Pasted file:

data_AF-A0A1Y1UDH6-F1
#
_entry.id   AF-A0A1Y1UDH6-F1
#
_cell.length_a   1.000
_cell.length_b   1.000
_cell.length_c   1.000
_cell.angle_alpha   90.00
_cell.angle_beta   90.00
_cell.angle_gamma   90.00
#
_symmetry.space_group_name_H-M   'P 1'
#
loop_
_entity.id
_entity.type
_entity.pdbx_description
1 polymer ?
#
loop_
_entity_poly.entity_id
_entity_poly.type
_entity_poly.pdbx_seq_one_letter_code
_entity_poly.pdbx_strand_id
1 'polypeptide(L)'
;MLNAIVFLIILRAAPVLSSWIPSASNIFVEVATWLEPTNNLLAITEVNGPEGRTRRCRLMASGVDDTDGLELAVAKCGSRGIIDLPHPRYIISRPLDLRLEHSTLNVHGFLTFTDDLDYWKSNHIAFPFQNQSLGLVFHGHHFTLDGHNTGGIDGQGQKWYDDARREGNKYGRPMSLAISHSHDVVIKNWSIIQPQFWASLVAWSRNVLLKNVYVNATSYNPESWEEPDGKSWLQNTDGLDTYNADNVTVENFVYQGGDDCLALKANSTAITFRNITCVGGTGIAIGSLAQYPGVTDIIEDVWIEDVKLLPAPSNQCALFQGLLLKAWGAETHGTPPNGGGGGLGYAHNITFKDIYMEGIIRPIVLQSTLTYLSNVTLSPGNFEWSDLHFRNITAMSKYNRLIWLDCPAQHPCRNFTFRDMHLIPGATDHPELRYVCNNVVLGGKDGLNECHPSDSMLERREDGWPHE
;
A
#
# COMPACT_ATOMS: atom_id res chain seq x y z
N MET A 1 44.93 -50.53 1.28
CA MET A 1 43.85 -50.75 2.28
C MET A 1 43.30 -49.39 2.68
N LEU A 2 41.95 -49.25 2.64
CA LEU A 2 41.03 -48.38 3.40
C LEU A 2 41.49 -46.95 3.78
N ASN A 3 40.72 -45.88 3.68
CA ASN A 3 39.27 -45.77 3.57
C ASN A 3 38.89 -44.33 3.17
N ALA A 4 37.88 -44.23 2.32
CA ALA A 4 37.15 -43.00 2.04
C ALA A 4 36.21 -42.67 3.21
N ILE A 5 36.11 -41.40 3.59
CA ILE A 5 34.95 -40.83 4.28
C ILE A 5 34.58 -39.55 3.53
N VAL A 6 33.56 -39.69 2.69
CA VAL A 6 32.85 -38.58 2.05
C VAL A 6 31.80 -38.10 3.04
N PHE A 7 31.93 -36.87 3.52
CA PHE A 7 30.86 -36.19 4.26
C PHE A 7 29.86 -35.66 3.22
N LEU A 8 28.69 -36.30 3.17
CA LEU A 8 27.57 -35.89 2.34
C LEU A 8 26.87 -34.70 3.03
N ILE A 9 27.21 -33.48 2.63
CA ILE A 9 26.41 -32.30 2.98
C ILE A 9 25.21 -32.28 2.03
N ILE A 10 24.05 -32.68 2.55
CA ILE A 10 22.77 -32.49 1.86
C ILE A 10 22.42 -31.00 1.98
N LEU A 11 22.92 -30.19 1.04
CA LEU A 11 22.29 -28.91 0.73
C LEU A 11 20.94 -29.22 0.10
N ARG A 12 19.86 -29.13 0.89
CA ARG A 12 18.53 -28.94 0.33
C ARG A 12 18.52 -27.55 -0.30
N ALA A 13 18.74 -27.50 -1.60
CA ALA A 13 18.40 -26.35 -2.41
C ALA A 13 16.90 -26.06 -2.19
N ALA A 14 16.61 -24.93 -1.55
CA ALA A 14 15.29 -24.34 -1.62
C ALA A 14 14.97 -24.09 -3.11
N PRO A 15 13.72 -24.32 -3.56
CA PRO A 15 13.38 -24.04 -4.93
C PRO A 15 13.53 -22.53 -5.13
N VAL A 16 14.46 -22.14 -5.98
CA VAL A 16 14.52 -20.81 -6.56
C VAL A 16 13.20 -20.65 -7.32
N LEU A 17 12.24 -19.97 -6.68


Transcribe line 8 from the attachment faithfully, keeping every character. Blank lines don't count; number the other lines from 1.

_cell.angle_alpha   90.00